No rematch for Cameron, Elkarra in Twin Rivers board race

Sonja Cameron
Sonja Cameron Photo courtesy Sonja Cameron

Twin Rivers Unified school board member Sonja Cameron is not on the June ballot for the seat she fought mightily to fill less than a year ago.

She has a new battle to wage.

The breast cancer she thought she had conquered four years ago has returned, and Cameron said she doesn’t think she can handle a strenuous campaign.

“It was a real bummer, because I certainly intended to run again,” Cameron said. “I guess it wasn’t in the master plan.”

Charter school operator Cameron, 70, obtained her Area 5 seat after a contentious fight with civil rights activist Basim Elkarra, 36, to fill the short-term vacancy created by the departure of Cortez Quinn. Quinn stepped down after he pleaded no contest to conspiracy to obstruct justice in a paternity case.

The school board initially appointed Cameron to complete Quinn’s term, but was forced to hold a special election after the Democratic Party of Sacramento County and neighborhood activists held a petition drive to put the seat to a vote.

An anonymous attack flier released during the race attempted to link Elkarra, a Palestinian American, to Muslim terrorists. Local elected officials and Cameron denounced the flier.

In the end, Cameron won the seat by 52 percent of the vote and the election cost Twin Rivers Unified about $113,000. Both candidates vowed to run for the seat representing North Natomas and Robla again this June.

“I appreciate her serving our district for the past year, and I hope she gets better,” Elkarra said Friday.

Cameron expects to be able to serve through June when the term ends. “I’ve enjoyed it and think I’ve made a difference,” she said. “The district is moving in a positive direction and it’s something, when you care about kids, that you’d like to be a part of.”

“I’m sad that she is stepping down,” said Michelle Deleon, 46, who is now challenging Elkarra for the board seat in the June election.

Deleon’s daughter attends Regency Park Elementary School. She said Cameron met with teachers and attended events at the school to speak to parents.

“I’m happy with the work she did,” Deleon said.

Deleon, a parent and former teacher, was among those who applied for an appointment to the seat last year. “I didn’t run in the special election because I didn’t think it was worth the money the district would spend for just one year,” Deleon said, adding that she had been considering a June run before she heard of Cameron’s decision. “When I found out she wasn’t running, it solidified my decision,” Deleon said.

Cameron is endorsing Deleon because she helped with her campaign last year. “I’m going to help her in whatever limited capacity I can,” she said.

Deleon, who has volunteered on numerous boards and advisory councils within the district, said she would like the district to build more schools and to increase tutoring and other programs that help keep students in school and on the road to graduation.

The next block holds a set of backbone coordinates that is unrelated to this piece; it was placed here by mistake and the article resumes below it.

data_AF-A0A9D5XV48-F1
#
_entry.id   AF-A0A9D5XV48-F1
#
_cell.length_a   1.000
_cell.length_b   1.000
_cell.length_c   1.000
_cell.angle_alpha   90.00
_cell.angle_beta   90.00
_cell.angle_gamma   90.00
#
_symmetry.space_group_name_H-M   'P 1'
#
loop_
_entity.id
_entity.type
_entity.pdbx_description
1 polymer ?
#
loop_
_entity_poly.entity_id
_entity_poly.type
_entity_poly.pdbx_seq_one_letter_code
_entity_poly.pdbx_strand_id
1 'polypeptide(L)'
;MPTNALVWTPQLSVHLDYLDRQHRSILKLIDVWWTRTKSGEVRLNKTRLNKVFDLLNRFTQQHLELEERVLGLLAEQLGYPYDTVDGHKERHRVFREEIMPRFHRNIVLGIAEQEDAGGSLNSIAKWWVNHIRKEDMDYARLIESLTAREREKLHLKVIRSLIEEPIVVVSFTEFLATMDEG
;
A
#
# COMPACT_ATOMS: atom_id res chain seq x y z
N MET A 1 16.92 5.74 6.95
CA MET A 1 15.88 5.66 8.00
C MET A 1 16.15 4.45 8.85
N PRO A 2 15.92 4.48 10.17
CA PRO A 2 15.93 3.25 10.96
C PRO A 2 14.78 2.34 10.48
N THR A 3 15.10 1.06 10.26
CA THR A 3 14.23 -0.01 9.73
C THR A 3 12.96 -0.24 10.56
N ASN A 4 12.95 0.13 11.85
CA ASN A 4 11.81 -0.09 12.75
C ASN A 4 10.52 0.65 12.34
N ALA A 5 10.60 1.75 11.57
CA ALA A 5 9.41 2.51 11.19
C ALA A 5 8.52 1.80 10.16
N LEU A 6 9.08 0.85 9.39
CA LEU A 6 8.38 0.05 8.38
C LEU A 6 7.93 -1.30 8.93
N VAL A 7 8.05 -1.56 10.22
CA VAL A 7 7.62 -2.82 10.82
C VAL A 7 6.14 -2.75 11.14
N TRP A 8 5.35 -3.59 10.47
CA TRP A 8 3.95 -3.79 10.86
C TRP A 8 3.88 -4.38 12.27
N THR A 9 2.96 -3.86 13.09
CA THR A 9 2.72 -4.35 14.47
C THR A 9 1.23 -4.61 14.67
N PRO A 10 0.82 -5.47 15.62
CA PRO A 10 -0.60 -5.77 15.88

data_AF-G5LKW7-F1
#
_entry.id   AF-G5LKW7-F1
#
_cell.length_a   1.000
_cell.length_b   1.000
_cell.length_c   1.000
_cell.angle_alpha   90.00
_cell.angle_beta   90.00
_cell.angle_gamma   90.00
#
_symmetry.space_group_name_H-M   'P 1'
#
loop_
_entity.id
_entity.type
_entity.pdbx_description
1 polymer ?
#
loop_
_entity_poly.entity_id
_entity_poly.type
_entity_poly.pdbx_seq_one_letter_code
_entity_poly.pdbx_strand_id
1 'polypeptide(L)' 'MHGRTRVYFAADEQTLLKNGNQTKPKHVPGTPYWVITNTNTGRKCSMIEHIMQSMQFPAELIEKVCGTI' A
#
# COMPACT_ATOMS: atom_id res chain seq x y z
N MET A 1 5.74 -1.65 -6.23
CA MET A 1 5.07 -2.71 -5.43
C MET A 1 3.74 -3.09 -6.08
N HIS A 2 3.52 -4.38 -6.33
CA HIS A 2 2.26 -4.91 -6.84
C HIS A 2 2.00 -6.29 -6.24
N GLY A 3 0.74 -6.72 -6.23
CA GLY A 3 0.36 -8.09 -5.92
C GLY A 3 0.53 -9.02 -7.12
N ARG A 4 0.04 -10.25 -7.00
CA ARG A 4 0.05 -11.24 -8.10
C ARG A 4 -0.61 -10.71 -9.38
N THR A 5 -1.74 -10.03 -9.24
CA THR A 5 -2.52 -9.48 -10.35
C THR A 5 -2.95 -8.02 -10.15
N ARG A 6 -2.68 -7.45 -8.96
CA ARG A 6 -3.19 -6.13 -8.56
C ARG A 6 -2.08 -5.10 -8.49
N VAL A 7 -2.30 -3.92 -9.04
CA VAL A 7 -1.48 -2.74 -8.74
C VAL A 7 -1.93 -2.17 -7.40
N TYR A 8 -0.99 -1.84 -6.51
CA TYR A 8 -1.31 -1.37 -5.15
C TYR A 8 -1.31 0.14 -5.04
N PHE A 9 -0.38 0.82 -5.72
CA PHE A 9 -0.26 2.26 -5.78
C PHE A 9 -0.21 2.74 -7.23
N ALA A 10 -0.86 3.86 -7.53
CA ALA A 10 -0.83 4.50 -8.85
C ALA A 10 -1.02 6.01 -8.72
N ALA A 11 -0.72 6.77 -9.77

Twin Rivers Unified has been losing students in North Natomas and Robla to other districts and charter schools because parents aren’t aware of the programs available at district schools, Deleon said. “I feel we can do a much better job communicating with parents.”

Elkarra has been the executive director of the Sacramento office of the Council on American-Islamic Relations for more then 10 years. He has volunteered on a school site council in Twin Rivers Unified and on other community boards and commissions.

He would like to see the district invest in smaller class sizes, the recruitment and retention of good teachers and safe, healthy and technologically modern classrooms. “The board needs to deal with the public in a more transparent fashion,” he said. “As a board member it’s about governance and accountability.”

He says will be able to work with the board if elected, despite the fact some have opposed him in his past effort to gain a seat. “I’m someone who works well with others,” he said. “There are challenges with the school district, but working together we can make a difference.”

In Area 7, incumbent Linda Fowler will have to fight off two challengers: Francisco Garcia, 51, a stock clerk for Sacramento County who previously served on the North Sacramento School District board, and Daniel Savala, 34, a field representative for Sacramento City Councilman Allen Warren.

Fowler, 80, is a retired investigative auditor for the state Department of Justice. She is currently the subject of a state Fair Political Practices Commission investigation into whether she violated conflict-of-interest rules by accepting thousands of dollars in consulting fees from Highlands Community Charter School, which she helped establish. The investigation began in July.

Fowler, who represents the school district on the charter’s school board, has said that school board members can legally work for charter schools in their district, and that she should get paid for her efforts on behalf of the school.

Incumbent Walter Garcia Kawamoto, 48, is being challenged by community volunteer Ramona Landeros, 59, in Area 3. Incumbent Michael Baker will retain his Area 1 seat with no challengers.

Diana Lambert: 916-321-1090, @dianalambert